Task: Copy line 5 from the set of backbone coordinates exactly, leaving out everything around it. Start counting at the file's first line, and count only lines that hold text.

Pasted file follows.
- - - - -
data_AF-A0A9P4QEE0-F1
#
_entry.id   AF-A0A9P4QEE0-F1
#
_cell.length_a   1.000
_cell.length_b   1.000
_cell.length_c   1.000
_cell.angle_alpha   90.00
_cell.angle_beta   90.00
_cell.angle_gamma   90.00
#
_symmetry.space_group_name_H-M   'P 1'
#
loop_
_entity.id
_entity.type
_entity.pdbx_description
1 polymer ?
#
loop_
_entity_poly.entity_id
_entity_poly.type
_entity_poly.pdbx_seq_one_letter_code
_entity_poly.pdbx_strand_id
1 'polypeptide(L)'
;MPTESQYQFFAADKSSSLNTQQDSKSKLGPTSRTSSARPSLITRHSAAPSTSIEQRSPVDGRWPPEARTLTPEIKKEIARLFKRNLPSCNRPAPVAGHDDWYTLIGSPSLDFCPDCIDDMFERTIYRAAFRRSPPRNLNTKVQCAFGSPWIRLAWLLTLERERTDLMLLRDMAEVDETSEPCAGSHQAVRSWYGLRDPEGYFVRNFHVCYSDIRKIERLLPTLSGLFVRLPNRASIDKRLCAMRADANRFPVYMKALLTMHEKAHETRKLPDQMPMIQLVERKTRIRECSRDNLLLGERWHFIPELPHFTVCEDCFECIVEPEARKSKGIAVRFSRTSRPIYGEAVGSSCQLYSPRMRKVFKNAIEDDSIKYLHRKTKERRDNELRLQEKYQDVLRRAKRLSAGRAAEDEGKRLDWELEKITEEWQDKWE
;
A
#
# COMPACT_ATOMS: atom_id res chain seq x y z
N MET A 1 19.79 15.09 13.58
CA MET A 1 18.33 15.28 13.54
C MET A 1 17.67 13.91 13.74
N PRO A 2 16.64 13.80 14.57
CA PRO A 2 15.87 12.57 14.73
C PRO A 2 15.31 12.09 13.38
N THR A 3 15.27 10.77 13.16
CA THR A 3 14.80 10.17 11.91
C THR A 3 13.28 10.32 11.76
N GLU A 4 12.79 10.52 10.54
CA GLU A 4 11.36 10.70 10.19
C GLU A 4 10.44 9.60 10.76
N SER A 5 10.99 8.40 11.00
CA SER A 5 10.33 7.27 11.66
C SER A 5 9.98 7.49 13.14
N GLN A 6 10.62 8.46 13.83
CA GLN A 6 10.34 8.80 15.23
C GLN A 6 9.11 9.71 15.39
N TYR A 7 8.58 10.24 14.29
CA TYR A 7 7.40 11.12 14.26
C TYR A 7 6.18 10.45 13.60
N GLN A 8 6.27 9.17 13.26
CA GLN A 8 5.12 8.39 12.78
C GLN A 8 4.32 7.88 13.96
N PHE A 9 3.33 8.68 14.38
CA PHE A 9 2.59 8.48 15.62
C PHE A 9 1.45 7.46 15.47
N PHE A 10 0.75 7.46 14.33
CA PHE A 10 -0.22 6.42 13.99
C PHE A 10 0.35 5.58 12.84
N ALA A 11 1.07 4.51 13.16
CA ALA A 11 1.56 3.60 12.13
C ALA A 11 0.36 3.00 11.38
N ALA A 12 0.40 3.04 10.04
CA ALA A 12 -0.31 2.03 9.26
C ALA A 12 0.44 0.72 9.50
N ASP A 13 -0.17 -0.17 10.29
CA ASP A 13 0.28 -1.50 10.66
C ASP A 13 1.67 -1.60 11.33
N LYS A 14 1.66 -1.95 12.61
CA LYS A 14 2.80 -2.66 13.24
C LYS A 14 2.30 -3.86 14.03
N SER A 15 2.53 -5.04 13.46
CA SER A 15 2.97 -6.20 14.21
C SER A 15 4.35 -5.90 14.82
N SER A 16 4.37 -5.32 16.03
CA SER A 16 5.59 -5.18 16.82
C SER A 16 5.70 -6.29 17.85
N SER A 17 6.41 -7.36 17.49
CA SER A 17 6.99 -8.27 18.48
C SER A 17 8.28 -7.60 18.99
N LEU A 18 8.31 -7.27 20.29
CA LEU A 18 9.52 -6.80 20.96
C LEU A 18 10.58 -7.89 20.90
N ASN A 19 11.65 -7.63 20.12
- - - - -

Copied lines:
_cell.length_a   1.000